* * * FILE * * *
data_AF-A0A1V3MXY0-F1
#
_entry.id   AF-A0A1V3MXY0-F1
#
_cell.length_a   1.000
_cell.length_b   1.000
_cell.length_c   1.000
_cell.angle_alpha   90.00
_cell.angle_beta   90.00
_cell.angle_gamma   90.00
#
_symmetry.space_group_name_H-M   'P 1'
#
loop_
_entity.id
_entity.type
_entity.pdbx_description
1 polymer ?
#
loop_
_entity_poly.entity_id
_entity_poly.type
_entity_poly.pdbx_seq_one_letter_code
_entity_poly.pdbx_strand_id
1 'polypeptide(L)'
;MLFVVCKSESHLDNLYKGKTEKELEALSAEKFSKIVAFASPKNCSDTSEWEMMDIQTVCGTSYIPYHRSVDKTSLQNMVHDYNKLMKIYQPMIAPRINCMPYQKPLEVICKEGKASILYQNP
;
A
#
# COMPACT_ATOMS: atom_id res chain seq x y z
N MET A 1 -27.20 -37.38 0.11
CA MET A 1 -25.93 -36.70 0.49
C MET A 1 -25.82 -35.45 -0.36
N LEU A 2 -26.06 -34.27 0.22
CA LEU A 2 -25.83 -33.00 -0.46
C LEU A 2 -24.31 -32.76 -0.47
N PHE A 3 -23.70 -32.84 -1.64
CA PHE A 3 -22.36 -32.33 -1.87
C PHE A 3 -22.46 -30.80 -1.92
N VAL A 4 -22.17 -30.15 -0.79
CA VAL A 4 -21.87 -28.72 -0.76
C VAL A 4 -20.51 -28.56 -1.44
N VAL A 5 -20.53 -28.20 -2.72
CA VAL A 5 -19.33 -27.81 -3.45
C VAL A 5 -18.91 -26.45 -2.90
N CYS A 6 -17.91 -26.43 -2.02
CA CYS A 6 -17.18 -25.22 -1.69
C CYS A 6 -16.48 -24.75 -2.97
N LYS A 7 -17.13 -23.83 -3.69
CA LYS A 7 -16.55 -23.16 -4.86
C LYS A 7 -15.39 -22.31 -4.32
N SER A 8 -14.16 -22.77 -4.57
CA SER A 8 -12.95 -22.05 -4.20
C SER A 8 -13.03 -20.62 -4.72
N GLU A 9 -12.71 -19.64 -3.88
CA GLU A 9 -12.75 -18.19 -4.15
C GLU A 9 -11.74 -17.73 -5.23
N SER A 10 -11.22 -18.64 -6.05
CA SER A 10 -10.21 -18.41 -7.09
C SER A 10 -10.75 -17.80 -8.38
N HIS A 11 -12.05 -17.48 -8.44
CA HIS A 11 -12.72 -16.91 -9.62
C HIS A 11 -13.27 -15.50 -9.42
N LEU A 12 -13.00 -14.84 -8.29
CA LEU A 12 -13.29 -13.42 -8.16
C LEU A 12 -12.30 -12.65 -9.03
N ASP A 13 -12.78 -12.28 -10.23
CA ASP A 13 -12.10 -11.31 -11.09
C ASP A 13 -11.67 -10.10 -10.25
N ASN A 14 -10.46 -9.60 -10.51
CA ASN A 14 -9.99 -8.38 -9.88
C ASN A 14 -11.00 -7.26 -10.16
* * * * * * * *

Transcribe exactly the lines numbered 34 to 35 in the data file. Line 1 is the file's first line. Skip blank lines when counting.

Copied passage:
N LEU A 2 -26.06 -34.27 0.22
CA LEU A 2 -25.83 -33.00 -0.46